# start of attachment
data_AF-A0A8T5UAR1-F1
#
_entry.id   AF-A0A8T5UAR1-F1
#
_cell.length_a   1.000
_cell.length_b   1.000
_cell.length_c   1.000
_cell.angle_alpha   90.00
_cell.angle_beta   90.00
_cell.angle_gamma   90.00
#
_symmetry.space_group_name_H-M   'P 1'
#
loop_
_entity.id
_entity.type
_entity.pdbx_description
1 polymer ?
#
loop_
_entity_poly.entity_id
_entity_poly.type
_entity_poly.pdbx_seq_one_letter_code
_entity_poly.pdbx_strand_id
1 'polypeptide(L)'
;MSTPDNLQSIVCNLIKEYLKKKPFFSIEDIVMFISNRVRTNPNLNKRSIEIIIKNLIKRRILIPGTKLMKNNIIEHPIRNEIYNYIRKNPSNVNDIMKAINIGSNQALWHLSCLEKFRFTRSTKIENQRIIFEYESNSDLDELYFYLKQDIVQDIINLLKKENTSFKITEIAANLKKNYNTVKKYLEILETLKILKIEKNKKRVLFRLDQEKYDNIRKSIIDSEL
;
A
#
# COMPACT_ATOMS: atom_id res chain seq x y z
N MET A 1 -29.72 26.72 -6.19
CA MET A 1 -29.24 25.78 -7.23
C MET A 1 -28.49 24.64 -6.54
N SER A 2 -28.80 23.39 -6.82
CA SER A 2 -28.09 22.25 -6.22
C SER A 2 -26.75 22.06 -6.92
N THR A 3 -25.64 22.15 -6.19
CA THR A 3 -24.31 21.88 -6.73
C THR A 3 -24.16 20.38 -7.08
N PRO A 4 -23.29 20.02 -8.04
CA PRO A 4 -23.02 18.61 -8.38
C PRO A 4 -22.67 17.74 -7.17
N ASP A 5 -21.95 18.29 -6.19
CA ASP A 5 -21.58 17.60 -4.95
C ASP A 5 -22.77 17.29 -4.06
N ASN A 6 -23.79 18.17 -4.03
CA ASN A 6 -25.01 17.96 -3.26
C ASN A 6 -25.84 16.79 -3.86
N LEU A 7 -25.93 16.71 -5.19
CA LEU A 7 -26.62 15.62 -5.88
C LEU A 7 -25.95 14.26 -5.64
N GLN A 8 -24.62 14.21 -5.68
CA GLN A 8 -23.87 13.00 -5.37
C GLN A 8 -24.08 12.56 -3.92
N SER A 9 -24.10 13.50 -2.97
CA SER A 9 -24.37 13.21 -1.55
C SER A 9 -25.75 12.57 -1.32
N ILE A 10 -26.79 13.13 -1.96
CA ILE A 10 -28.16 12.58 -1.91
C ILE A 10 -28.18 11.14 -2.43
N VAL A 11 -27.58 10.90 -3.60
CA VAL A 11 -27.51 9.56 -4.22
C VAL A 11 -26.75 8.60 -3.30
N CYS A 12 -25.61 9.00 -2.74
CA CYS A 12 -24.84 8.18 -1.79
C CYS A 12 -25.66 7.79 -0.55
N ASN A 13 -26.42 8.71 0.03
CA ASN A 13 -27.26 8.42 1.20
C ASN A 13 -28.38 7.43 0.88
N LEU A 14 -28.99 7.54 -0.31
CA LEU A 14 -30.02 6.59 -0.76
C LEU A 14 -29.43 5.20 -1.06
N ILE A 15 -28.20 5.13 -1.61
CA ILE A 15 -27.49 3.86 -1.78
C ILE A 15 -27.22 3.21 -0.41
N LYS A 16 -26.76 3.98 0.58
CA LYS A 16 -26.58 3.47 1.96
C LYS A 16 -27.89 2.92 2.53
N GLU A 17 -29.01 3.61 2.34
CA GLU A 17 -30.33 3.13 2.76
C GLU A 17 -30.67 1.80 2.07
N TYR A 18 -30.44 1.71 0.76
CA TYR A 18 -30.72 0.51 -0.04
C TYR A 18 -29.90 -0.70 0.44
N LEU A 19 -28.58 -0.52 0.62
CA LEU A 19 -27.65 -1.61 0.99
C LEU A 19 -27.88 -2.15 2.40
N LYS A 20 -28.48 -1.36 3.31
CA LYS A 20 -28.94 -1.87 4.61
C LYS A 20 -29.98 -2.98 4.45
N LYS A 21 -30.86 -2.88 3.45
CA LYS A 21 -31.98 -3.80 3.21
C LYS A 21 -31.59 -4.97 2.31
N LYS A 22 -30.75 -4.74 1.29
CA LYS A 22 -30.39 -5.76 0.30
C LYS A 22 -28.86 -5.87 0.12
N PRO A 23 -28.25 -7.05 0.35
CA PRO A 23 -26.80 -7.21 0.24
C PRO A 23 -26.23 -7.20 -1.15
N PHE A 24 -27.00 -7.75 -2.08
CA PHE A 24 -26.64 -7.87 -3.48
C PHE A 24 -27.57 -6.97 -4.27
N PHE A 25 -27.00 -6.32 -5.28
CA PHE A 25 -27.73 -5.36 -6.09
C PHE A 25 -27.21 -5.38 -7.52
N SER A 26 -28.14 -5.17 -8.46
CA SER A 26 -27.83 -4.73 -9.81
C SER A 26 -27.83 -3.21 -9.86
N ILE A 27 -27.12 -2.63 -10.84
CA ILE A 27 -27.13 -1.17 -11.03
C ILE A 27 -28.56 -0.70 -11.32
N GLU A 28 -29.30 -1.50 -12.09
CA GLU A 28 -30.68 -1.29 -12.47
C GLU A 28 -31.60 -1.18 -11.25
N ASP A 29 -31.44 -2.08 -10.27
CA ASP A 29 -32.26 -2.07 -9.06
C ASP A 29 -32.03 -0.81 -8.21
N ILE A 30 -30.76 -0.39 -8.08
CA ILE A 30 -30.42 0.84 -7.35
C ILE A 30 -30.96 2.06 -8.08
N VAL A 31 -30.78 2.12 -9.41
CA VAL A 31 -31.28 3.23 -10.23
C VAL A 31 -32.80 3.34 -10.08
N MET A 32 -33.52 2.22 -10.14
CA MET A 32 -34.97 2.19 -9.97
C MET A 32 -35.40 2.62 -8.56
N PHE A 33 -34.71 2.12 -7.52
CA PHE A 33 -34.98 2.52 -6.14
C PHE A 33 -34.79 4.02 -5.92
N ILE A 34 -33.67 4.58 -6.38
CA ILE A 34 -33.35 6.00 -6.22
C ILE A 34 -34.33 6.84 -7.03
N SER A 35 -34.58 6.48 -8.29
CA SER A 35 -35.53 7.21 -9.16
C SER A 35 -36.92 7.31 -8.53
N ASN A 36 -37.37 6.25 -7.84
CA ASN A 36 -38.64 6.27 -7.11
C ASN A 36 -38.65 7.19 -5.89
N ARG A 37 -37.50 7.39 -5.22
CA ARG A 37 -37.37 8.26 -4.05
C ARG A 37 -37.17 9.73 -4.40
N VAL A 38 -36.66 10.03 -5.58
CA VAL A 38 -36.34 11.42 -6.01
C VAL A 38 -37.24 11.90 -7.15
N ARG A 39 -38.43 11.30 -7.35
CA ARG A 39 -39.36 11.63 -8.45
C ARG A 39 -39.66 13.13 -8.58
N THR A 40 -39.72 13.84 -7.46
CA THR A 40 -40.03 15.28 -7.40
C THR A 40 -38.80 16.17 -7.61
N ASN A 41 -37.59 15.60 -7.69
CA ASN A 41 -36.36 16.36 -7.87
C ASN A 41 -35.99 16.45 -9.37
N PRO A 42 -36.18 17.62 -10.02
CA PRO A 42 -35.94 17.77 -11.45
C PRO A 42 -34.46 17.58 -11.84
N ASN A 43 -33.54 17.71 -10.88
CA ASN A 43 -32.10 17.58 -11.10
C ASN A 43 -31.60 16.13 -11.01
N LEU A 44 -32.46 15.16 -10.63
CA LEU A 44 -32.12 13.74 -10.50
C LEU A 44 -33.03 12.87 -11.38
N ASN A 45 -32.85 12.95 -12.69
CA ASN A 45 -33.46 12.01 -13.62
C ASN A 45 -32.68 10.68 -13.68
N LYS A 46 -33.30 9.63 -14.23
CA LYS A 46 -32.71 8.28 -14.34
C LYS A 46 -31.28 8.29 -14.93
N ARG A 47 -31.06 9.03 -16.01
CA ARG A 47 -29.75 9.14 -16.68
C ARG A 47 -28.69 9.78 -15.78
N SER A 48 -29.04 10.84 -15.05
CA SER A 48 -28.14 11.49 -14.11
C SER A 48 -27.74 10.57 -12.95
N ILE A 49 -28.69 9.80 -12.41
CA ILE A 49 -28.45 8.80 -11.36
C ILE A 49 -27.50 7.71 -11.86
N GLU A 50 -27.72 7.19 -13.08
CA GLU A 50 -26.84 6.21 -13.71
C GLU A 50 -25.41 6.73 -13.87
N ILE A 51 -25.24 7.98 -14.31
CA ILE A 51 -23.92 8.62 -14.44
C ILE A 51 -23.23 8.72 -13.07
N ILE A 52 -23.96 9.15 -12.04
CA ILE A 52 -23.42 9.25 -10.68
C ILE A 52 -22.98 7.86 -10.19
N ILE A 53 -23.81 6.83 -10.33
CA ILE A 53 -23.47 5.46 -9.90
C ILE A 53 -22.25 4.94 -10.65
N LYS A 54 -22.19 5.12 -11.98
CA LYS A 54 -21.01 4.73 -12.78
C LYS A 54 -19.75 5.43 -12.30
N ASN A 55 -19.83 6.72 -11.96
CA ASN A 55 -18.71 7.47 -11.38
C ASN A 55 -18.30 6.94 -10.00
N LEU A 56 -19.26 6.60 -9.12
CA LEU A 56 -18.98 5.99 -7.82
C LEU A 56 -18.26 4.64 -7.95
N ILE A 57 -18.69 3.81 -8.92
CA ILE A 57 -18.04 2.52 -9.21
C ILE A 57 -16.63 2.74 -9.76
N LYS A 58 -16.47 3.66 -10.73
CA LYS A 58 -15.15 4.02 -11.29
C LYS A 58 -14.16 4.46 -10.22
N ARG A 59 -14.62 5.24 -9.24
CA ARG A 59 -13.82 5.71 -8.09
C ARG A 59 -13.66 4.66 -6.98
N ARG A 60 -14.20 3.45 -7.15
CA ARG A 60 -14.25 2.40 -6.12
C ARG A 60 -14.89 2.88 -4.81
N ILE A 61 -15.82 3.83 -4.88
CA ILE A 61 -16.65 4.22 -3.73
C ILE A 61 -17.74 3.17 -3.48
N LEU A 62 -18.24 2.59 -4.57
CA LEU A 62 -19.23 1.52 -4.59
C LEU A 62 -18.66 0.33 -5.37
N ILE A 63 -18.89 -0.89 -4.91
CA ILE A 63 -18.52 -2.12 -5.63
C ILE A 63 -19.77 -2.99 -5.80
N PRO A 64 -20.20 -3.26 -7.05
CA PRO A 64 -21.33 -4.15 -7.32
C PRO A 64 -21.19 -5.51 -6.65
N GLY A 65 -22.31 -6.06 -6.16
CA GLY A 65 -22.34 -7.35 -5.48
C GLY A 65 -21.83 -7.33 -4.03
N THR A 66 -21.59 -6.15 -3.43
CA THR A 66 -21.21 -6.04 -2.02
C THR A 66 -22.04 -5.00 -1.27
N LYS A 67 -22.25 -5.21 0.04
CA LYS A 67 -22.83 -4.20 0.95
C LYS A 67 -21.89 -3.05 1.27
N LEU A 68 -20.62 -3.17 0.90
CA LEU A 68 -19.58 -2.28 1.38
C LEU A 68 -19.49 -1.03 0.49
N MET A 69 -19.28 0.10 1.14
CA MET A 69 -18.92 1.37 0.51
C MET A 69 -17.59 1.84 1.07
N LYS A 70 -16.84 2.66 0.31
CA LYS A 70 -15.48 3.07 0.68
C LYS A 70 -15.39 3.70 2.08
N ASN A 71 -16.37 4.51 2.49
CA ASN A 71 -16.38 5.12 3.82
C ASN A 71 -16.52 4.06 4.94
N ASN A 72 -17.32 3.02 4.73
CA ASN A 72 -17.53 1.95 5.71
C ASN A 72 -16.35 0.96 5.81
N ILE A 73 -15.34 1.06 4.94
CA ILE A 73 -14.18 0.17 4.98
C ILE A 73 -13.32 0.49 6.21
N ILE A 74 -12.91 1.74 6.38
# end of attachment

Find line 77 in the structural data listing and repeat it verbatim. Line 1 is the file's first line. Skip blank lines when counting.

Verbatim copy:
CA LYS A 16 -26.58 3.47 1.96